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By Mark Kramer
Harper and Rowe, 1983. 213 pp.

Review by: William Patrick

Sunday Boston Globe Book Review
Edition: N, Section: BOOKS

It begins shortly after dawn in a hospital near Boston. The surgeons are
scrubbing, the patient is slowly losing consciousness and the reader,
confronted with nothing more threatening than the names of the instruments, finds his palms beginning to sweat. But "Invasive Procedures" is not a medical thriller. It is superb reporting - humane, witty and frighteningly perceptive - a portion of which appeared recently as an Atlantic Monthly cover story.

Since the days of "Young Doctor Galahad," America's fascination with
doctors has progressed hand in hand with the rise of a medical aristocracy,
nurtured by a medical-industrial complex. At the top of the peerage are surgeons, who owe their rank and privilege to the fact that, when something ails you, they can simply go in and fix it. They are the consummate technicians in a society enamored of gadgets.

Intrigued by this grisly profession, writer Mark Kramer spent a year with
two Massachusetts surgeons, attempting to probe their lives as they probe
the bodies of their sleeping patients. He leaned over their shoulders
during dozens of operations. He sat in on office visits. In scrub rooms,
recovery rooms, corridors and cafeterias, he interviewed not only the
surgeons but nurses, patients, referring internists, anesthesiologists -
virtually everyone who comes into professional contact with these men. He
also stayed at their homes and talked with their kids at breakfast. He
traveled to the surgeons' own childhood homes to hear parental
reminiscences. Seemingly, like the in- flight recorder up front with the
pilots, he missed nothing. He witnessed moments of cool precision in the
midst of crisis that show why society rewards these men with $200,000 a
year. He also witnessed behavior so puerile that, if exhibited by a
15-year-old, it would call into question the teen's readiness for a
driver's license.

"Doctors are little boys," a nurse confides after one particularly childish
episode. "We treat them like that." At another point, one of the surgeons,
relaxing on his lawn, admits, "I don't do much introspection. In fact, I
avoid it. I avoid it as a function of the human creature. I wouldn't step
out the door in the middle of winter without dressing up warmly. It's cold
out there . . ." So Kramer's surgeons insulate themselves, with tough
psychological hides, with nurses, secretaries, tax shelters and with strong
political lobbies.

But arrogance, clubishness, and bravado is the standard profile of the
"surgeon's personality." What is new and extraordinary in Kramer's account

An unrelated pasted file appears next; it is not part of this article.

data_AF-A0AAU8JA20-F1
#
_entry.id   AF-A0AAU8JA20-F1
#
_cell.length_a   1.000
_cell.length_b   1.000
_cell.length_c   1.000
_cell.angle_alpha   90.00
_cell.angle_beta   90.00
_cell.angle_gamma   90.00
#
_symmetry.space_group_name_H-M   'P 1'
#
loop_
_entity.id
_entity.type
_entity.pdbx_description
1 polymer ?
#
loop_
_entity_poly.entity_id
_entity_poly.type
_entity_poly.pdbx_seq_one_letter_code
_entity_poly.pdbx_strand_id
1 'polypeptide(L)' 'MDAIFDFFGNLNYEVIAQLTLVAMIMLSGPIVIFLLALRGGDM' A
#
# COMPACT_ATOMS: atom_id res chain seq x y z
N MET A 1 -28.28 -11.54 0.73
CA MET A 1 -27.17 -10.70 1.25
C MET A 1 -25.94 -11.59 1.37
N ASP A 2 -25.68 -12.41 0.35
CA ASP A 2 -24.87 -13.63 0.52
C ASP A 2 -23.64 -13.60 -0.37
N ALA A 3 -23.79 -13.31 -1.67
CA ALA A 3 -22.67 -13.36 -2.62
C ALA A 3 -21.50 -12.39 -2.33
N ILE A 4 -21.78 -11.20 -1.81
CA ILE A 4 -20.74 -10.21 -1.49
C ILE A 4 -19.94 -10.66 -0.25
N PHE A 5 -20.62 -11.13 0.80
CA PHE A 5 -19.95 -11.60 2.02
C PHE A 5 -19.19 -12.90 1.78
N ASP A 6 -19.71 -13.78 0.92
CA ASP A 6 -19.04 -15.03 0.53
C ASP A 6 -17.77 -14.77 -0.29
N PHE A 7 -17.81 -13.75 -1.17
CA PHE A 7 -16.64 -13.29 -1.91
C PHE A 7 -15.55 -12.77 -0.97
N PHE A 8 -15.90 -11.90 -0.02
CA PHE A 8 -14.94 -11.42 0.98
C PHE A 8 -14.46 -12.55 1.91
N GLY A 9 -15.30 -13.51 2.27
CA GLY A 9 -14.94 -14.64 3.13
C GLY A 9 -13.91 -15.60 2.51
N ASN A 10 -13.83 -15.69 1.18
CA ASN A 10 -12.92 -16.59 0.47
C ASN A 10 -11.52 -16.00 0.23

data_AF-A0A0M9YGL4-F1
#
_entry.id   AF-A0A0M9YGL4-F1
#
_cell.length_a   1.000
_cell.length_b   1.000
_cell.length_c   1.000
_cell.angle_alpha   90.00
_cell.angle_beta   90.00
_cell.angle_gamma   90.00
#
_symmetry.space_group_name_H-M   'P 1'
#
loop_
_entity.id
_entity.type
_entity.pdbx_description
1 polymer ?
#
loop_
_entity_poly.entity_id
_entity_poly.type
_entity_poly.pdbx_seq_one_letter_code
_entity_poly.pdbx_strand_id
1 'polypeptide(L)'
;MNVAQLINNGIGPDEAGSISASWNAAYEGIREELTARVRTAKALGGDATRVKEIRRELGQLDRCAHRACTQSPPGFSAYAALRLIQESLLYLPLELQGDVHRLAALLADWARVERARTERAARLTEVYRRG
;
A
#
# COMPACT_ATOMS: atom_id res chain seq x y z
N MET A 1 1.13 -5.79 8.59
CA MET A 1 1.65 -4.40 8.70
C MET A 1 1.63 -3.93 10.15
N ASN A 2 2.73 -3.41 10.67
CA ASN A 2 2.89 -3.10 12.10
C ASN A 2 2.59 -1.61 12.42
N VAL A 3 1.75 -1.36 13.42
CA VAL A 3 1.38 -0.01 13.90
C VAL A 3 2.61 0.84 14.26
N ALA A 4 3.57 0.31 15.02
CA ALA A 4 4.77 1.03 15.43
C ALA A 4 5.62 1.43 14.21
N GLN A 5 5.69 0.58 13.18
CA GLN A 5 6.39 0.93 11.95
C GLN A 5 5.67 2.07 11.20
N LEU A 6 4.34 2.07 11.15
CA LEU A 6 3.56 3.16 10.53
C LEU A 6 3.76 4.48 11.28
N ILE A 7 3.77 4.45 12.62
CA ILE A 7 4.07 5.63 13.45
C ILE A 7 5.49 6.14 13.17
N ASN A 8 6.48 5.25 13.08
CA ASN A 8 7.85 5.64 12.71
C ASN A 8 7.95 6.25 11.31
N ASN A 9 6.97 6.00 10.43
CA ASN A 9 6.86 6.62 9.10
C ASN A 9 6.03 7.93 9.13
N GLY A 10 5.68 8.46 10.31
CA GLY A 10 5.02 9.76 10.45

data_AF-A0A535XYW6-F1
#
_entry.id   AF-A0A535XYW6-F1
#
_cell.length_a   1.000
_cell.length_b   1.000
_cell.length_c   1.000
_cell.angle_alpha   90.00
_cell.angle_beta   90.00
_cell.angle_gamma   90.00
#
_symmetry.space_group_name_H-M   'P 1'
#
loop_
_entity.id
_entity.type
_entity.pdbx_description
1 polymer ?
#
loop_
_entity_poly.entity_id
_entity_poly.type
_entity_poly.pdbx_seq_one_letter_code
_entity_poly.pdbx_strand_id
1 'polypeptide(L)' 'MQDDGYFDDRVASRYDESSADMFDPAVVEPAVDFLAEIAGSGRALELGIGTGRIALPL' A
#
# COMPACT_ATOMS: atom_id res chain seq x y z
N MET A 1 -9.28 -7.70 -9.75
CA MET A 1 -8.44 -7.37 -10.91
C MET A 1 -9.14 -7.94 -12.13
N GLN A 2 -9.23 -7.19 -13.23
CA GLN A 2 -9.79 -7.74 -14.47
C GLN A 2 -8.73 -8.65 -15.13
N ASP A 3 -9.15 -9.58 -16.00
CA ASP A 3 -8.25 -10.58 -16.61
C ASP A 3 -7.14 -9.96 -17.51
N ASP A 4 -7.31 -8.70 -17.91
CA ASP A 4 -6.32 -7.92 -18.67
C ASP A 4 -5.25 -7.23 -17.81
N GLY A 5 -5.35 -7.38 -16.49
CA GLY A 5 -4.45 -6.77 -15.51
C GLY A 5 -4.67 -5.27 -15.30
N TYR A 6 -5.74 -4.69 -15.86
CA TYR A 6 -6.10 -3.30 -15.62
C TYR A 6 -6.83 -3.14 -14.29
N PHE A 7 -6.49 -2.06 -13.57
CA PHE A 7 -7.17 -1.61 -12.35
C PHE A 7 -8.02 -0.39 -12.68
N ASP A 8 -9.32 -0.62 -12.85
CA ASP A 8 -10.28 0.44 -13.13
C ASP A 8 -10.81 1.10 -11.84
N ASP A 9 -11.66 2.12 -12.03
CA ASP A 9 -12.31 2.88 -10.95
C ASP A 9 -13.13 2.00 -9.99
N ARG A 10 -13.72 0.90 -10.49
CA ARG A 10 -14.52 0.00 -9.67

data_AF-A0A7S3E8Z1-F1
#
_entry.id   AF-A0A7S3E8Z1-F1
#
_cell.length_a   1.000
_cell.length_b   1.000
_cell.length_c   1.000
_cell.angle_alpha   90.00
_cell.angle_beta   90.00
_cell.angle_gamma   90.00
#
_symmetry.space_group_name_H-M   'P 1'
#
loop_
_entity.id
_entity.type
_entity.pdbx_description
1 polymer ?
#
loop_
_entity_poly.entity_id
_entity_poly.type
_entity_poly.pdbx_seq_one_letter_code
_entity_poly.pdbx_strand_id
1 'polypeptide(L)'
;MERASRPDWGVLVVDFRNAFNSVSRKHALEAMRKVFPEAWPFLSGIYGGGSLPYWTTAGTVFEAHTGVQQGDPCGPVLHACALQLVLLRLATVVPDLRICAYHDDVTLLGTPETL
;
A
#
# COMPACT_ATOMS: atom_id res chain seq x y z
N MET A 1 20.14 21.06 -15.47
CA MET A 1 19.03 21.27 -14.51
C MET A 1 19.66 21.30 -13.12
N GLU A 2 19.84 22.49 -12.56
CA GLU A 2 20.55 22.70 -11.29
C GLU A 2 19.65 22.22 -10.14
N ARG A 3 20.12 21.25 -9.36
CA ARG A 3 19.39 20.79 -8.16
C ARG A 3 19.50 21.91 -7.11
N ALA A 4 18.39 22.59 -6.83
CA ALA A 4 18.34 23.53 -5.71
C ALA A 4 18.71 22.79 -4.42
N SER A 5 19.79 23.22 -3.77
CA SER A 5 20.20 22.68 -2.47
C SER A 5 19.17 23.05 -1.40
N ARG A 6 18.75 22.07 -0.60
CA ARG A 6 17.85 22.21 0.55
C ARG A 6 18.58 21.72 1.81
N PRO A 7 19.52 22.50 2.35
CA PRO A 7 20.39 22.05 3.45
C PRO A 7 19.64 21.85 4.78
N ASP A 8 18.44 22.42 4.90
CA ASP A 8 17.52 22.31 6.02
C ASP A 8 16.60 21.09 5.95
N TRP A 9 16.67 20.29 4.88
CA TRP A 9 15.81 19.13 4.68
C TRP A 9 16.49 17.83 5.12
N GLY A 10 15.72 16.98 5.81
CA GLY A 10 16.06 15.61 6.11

is the acumen with which he makes us understand the cycle of pressures,
demands and gratifications that underlie the stereotype. (Seeing the surgeon in surgery, Kramer says, is like hearing a man with a Hungarian accent begin to speak Hungarian.) Time after time they must tell the patient that it's cancer. They must amputate the leg, remove the breast, watch the young accident victim die. They have a depressing psychological burden, coupled with an exhilarating power. In one macabre scene, one of Kramer's surgeons slashes open an unanaesthetized patient to restore a failing pacemaker. As the doctor jiggles the wires, the patient pops in and out of life like a puppet, talking one moment, lifeless the next, brought back, lost, brought back from death again.

Like his subjects, Kramer is a master of his craft. Occasionally, he will
slip in a quote from medical sociologist Renee Fox; once or twice he offers
statistics from the New England Journal of Medicine. But what he shares
with the reader is the raw experience, not the research. We're swept along
by action, character development, and the telling phrase, while Kramer's
pattern and purpose lie unobtrusively beneath the surface. There is
tension, drama, as well as the obligatory dark humor - the plumber whose
intestine was accidentally sewn shut, the nurse who moonlights as an
embalmer. In fact, squeamish readers may find more vicarious experience
than they have bargained for. The smells and sights and sounds of
amputations and ruptured aortas are rendered vividly and are not pleasant.

In the end, Kramer offers a point of view which surgeons themselves know
little of - ambivalence. He admires and even envies their skill and their
usefulness and the gratification that it brings them, but he also finds
them sadly isolated from the real world, retreating to the operating room
because that alone is where they feel comfortable, indispensable and
totally in command. If there is a message in these observations, it is the
reminder that surgeons have a limited view of the human condition. True,
inside the operating room we want no poet's tears dropping into the
incision. But before the cutting begins, and especially when deciding
whether or not cutting is the answer, physician insensitivity can be
dangerous. We buy a surgeon's skill and judgment just as we buy any other
service. Let the buyer beware.